Many large universities (and even small ones!) are jumping on the open learning bandwagon. Carnegie Melon’s initiative is definitely one of those worth mentioning. Through the Open Learning Initiative, you learn at your own pace through modules created by volunteer instructors. Notable courses include argument diagramming, responsible computing and STEM foundations.

11. GCF’s Learn Free

The Goodwill Community Foundation’s Learn Free is a favorite of the Office Systems Technology instructors at my school. It’s great for introductory computer classes like Facebook 101 and iPad basics and the Microsoft Office Suite. They also offer modules in resume writing, career planning and money!

12. The Library
Frank Zappa once said, “If you want to get laid, go to college. If you want an education, go to the library.” And I couldn’t agree with him more on both accounts. Bazinga! But in all seriousness, your local library is a wealth of knowledge and information that is right there– free for the taking. (You can find your local public library here: http://www.publiclibraries.com/) There’s knowledge that exists in books that you can’t find on the Internet– crazy, I know. But libraries aren’t just about books. Many libraries offer educational classes and programs on a whole host of things. I’ve seen everything from yoga classes to computer classes to knitting and 3-D printing. Interested in more ways to save money with the library? Check out 18 Ways the Library Can Help You Save Money.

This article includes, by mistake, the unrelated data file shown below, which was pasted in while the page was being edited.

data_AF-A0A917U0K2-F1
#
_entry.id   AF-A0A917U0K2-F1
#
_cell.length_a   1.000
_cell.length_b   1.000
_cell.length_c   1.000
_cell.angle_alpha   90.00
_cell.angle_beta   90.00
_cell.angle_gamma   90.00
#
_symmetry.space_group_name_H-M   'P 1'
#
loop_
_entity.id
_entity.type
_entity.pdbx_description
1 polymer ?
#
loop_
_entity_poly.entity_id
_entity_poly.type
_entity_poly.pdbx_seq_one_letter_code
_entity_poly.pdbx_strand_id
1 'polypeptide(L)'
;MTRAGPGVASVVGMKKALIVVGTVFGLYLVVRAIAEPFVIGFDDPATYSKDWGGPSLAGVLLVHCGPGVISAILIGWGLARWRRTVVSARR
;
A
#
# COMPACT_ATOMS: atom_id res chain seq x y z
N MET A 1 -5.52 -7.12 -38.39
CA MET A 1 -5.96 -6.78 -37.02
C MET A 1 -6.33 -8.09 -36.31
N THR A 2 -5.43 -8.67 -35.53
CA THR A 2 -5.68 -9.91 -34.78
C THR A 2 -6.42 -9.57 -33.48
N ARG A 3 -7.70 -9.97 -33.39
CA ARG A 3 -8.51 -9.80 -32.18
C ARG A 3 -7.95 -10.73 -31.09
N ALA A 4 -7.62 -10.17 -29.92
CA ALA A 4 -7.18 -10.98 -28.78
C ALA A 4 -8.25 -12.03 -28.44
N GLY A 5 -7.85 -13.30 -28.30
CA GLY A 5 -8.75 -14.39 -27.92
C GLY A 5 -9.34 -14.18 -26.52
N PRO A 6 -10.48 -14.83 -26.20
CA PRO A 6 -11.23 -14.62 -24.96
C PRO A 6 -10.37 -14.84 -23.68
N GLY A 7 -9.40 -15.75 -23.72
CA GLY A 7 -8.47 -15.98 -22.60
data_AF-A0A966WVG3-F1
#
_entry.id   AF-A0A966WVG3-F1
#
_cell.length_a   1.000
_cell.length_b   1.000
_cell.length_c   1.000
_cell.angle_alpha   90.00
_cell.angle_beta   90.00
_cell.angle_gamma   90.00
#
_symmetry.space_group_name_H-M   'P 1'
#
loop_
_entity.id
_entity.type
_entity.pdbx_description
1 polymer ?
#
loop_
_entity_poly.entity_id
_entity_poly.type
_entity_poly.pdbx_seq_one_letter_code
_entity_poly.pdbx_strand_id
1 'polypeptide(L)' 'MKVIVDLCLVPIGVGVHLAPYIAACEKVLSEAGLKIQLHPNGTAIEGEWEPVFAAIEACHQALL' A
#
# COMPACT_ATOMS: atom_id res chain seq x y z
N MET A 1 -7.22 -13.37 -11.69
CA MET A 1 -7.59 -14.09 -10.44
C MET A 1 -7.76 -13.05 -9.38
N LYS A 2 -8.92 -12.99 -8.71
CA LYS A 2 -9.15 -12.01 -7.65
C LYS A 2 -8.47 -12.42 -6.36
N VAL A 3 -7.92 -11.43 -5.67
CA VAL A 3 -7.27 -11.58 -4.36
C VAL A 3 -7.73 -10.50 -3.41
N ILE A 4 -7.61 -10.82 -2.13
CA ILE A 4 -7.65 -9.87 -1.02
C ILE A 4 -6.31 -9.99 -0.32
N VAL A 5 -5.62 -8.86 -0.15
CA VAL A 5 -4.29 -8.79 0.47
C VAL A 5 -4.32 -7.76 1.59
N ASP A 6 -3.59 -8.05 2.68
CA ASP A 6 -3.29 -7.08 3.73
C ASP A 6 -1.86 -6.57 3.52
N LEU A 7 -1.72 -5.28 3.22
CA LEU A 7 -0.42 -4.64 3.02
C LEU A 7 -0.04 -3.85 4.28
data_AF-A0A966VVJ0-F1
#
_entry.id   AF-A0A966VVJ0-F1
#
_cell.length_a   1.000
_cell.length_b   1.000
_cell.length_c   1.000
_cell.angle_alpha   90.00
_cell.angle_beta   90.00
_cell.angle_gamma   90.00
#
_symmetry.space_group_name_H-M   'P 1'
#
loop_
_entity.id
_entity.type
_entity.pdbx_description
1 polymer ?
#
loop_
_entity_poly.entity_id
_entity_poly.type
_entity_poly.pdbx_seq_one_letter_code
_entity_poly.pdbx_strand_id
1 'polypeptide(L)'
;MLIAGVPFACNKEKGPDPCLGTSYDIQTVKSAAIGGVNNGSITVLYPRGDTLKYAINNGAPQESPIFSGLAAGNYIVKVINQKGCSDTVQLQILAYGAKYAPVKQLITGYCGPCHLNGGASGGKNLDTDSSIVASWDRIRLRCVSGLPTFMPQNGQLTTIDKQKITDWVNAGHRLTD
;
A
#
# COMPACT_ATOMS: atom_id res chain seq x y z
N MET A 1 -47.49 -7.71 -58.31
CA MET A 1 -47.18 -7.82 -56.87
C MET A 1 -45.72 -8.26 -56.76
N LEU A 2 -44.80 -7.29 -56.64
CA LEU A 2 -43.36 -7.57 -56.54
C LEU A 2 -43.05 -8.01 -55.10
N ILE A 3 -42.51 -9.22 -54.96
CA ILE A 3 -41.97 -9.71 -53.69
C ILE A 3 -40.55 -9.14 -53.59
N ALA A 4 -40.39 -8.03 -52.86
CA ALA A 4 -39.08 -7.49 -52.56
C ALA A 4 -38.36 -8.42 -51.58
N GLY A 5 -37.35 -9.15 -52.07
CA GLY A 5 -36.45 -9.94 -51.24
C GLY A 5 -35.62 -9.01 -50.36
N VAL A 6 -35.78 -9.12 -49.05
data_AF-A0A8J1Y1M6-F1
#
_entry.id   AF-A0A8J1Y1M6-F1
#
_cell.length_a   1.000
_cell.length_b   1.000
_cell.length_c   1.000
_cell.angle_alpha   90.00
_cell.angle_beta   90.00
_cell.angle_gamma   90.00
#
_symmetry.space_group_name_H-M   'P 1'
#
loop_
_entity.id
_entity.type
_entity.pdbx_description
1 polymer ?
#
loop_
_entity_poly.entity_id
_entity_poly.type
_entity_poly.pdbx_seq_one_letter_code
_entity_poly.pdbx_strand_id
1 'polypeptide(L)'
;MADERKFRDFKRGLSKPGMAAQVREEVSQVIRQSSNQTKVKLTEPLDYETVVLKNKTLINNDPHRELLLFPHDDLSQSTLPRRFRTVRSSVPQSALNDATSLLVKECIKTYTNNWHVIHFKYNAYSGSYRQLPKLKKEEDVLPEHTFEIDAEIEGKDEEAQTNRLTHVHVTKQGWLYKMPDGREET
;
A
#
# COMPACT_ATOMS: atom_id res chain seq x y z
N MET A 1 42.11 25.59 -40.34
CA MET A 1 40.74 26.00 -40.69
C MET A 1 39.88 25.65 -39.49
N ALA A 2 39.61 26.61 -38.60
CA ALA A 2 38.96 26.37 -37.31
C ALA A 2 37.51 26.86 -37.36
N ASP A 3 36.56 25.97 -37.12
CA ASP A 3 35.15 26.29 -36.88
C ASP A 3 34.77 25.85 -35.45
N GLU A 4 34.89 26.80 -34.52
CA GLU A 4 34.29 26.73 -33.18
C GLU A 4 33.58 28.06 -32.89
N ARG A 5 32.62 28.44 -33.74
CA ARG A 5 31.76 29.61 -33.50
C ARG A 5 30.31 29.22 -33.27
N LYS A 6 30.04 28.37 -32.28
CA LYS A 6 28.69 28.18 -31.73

Happy learning!

 

Have you used any of the free education resources mentioned? Do you know of others that weren’t mentioned in the post? Would love to hear about your experience with non-tradional education methods!

Melanie is a recently married librarian living in an Airstream with her husband. Yes, it’s as weird as it sounds. Find out more about their life at Love Library.

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  1. Early

    Thanks for enlightening me on these important sources. There’s also edx.org with which I’ve taken a couple of very useful courses.